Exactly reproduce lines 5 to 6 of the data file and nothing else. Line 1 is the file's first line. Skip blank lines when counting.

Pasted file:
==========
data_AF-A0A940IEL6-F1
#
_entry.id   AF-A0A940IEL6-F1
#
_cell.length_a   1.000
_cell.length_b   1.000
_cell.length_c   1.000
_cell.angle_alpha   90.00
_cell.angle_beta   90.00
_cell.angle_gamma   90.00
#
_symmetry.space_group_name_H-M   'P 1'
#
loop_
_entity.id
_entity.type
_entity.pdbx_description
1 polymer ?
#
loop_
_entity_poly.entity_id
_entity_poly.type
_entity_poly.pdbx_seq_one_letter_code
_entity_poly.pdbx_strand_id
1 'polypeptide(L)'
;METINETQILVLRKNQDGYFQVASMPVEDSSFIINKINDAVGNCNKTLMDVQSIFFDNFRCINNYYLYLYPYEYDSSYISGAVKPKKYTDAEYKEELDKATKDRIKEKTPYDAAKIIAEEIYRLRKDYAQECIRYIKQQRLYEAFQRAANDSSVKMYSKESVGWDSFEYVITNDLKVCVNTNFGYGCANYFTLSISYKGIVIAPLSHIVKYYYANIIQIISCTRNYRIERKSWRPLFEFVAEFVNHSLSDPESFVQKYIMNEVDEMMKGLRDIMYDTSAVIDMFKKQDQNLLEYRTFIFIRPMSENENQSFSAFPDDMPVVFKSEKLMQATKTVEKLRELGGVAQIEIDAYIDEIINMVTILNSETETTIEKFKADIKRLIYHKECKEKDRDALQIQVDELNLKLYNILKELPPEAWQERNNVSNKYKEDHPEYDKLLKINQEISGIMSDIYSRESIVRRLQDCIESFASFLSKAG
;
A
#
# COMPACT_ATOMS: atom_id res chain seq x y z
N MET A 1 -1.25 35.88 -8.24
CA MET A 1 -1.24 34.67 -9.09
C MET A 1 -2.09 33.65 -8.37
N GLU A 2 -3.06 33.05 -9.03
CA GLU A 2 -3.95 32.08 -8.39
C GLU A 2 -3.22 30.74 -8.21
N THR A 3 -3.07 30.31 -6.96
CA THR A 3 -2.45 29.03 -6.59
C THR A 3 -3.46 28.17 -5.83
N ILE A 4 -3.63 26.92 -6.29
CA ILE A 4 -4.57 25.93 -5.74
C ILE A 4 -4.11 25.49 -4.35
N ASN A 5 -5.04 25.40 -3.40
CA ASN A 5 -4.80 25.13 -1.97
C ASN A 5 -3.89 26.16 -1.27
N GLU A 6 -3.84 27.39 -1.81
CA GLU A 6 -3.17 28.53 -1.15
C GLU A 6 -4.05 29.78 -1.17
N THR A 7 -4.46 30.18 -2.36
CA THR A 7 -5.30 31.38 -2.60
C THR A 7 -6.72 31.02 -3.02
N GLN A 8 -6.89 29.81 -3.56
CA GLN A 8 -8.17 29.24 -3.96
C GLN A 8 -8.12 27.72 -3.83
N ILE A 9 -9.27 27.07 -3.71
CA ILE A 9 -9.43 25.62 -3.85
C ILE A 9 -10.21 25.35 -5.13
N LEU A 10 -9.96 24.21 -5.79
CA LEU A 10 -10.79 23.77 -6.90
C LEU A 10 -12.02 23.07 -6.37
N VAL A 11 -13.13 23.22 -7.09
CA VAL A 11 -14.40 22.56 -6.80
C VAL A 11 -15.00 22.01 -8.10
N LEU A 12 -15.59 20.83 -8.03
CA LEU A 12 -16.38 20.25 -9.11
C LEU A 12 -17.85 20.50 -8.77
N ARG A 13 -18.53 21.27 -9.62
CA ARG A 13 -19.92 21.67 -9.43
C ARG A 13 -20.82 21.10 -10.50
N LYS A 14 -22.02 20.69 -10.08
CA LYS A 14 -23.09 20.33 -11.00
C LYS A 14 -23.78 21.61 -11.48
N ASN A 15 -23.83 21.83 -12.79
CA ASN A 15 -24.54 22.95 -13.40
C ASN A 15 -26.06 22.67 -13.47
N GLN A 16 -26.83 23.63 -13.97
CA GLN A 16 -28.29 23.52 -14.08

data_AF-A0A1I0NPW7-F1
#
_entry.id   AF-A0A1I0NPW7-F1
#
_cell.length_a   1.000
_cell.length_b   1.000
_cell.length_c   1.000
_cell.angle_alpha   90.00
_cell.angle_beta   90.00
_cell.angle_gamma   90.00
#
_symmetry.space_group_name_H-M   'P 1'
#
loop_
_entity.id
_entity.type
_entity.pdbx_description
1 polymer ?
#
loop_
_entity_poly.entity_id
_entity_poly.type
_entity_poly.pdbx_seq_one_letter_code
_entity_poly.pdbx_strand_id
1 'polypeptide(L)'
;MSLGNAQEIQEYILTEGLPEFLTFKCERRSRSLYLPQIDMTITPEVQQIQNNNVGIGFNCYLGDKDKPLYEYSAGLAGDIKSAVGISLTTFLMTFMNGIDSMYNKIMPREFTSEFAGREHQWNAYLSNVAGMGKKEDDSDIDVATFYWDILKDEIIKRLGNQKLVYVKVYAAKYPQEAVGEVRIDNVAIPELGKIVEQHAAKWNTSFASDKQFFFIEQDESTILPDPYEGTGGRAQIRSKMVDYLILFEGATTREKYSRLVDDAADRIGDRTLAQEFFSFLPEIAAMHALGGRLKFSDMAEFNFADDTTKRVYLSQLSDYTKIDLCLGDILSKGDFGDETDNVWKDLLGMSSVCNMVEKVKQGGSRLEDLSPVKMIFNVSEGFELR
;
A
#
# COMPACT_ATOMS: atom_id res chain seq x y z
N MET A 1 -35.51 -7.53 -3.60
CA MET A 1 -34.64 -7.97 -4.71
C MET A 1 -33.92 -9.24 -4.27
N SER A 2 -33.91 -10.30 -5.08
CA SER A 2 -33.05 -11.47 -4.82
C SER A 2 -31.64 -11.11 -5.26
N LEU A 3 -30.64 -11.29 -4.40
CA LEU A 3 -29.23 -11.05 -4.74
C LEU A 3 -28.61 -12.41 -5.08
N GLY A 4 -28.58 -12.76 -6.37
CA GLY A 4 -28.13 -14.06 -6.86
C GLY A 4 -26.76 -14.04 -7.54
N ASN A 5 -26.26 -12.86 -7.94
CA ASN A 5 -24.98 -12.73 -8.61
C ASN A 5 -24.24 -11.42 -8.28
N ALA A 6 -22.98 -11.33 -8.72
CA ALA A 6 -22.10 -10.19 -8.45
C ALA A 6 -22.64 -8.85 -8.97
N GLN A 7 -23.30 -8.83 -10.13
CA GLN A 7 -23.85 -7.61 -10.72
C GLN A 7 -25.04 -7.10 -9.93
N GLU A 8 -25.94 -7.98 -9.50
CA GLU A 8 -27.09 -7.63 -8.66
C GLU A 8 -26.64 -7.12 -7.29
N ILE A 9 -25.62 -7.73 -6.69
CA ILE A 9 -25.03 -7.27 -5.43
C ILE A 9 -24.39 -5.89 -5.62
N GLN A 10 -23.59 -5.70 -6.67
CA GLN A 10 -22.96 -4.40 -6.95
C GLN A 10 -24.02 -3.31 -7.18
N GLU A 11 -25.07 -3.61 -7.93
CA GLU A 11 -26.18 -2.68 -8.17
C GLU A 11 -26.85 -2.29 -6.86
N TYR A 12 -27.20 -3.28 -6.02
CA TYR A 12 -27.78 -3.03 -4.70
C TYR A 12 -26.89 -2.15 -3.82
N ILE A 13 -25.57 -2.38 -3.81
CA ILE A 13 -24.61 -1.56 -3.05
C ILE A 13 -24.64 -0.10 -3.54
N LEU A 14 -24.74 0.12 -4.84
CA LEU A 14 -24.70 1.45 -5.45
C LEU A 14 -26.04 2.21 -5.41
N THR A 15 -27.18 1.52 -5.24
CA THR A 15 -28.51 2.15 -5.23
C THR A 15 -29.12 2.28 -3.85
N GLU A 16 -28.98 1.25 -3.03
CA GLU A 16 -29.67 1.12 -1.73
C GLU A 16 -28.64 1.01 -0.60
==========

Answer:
_cell.length_a   1.000
_cell.length_b   1.000